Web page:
We need to learn from the experience of indigenous peoples. One of the themes which has been emerging here at the Eco-Bishops Conference has been the need to recover and learn from the wisdom and experience of indigenous peoples.
The picture is of our Eucharist yesterday morning led by Bishop Mark, Canadian National Bishop for Indigenous Peoples. We sat in the ground conscious that we are hosted by creation rather than users of it. Our worship ‘under the trees’ with Bishop Api of Fiji carried similar messages. His people are aware of rising sea levels as a daily reality – the need to move whole populations is is becoming a possibility which they will need to contemplate.
These ages-old ways of thinking are integrated and subtle – which makes them hard to grasp for those of us who are used to the very binary ways of thinking in the developed world.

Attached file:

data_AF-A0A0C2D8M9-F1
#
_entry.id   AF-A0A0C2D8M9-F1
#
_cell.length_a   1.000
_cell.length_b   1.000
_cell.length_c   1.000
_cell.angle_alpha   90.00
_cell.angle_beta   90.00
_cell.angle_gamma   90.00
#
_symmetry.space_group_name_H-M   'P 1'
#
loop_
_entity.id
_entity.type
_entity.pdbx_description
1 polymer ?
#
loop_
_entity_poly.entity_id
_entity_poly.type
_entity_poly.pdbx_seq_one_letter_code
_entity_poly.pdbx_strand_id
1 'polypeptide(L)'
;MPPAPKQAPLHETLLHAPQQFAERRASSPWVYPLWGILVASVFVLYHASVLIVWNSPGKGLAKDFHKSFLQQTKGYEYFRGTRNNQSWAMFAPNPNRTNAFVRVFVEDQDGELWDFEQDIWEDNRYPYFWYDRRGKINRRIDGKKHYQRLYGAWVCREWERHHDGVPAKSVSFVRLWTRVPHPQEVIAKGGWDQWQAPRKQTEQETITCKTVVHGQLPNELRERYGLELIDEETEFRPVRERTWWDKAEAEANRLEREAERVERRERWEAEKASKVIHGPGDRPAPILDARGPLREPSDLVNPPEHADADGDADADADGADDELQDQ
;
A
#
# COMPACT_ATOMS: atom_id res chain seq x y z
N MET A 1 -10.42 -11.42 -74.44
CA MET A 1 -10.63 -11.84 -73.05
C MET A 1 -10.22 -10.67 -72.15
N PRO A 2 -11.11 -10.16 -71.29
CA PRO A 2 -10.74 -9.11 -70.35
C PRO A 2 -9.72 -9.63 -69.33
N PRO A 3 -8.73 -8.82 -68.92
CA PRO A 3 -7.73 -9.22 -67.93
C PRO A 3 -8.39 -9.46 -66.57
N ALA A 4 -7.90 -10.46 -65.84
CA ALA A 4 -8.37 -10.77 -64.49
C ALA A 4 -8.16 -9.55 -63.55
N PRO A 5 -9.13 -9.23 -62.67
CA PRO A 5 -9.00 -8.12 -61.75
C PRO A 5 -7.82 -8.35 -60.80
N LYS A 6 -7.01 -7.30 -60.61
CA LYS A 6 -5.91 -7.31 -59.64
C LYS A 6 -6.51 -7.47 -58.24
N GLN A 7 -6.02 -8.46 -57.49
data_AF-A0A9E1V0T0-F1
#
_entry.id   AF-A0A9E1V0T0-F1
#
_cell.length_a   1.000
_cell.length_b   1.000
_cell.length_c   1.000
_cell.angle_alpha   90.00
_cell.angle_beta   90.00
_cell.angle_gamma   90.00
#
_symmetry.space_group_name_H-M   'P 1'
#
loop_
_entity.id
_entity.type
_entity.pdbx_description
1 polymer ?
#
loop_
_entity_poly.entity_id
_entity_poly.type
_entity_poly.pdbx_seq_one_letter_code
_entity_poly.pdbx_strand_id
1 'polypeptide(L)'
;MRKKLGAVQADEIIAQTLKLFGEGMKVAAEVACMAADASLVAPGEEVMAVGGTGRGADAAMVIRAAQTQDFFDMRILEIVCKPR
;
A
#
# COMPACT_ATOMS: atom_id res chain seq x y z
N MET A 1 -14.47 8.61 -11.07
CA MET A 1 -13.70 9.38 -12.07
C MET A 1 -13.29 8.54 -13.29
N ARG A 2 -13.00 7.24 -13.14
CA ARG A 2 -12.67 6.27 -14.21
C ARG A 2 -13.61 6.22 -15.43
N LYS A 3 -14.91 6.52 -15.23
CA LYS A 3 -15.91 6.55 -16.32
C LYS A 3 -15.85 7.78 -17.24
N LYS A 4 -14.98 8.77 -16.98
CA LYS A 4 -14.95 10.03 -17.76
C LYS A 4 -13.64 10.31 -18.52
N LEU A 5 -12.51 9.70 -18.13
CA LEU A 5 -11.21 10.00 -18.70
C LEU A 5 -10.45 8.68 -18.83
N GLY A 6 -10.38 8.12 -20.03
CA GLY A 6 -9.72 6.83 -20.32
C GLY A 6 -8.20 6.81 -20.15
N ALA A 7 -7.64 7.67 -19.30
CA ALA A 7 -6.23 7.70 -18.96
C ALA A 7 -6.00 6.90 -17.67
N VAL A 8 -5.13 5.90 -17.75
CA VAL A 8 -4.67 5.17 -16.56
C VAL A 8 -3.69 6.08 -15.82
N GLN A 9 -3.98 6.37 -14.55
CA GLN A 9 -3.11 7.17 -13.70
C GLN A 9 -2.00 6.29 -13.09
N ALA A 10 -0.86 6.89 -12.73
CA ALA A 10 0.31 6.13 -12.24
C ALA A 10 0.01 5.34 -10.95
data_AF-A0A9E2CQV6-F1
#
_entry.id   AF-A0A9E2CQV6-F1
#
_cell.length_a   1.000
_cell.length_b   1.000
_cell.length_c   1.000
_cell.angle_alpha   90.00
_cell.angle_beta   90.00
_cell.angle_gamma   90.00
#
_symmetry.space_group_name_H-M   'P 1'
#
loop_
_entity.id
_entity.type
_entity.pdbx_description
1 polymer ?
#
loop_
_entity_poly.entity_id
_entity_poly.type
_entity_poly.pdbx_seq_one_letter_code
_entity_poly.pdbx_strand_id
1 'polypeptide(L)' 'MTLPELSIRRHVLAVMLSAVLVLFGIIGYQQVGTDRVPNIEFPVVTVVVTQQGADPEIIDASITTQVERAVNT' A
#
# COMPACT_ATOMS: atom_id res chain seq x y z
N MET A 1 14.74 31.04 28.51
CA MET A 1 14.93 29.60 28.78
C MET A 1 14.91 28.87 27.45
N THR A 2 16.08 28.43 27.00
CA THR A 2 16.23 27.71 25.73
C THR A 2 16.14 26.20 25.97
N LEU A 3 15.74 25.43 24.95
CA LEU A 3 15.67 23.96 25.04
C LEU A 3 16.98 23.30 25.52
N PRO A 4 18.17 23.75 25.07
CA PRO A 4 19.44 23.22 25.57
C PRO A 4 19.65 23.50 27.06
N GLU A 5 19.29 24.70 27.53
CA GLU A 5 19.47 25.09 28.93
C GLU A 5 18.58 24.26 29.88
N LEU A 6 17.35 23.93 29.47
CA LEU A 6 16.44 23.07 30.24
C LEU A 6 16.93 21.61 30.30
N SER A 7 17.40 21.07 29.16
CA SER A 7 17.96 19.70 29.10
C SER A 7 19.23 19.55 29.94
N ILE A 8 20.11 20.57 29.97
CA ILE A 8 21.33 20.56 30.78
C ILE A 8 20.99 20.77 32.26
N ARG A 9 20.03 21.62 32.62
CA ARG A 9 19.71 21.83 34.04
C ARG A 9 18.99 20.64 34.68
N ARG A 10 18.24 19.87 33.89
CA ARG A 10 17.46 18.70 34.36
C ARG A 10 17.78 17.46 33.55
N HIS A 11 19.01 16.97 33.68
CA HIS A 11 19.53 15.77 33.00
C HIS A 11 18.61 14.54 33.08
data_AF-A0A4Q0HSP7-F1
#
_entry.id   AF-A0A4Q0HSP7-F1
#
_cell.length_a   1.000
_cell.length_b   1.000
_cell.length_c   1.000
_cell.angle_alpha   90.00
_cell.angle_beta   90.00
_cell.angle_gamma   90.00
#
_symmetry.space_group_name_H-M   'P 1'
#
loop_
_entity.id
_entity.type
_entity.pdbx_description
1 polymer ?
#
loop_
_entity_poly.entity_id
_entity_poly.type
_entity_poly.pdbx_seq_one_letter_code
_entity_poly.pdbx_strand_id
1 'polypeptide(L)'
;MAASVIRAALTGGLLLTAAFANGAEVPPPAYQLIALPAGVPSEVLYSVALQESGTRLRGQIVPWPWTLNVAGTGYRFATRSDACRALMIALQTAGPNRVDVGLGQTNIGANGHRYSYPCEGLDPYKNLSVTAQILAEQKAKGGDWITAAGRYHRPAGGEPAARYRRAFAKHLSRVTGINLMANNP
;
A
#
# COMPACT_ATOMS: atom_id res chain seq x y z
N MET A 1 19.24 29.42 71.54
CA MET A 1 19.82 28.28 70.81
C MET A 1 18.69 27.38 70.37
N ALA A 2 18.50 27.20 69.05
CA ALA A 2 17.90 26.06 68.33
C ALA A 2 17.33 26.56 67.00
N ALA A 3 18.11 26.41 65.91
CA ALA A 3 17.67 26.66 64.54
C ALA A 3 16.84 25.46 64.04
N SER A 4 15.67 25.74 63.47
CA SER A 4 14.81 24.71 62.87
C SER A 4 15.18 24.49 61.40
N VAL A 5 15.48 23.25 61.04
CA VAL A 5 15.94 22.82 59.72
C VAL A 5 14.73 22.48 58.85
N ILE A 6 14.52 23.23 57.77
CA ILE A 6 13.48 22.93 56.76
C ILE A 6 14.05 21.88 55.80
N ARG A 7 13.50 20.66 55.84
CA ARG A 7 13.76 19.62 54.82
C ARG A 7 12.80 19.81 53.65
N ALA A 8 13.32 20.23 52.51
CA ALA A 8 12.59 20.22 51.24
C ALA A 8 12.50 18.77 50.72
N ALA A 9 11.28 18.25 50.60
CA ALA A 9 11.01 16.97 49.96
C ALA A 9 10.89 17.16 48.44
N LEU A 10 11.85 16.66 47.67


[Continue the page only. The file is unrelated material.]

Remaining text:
But I found myself being drawn towards the affinities between these ways of thinking which are embedded in the lives and traditions of indigenous people and the insights and understandings of Celtic Spirituality. The connections are in ways of integrating understandings of earth and heaven, the mundane and the spiritual.
So we are moving here from addressing climate change issues – and what others here prefer to call ‘climate justice’ – as a matter of a few tweaks in lifestyle, important as that may be. This is about challenging ways of thinking and theologies which have brought us to the crisis which now faces the world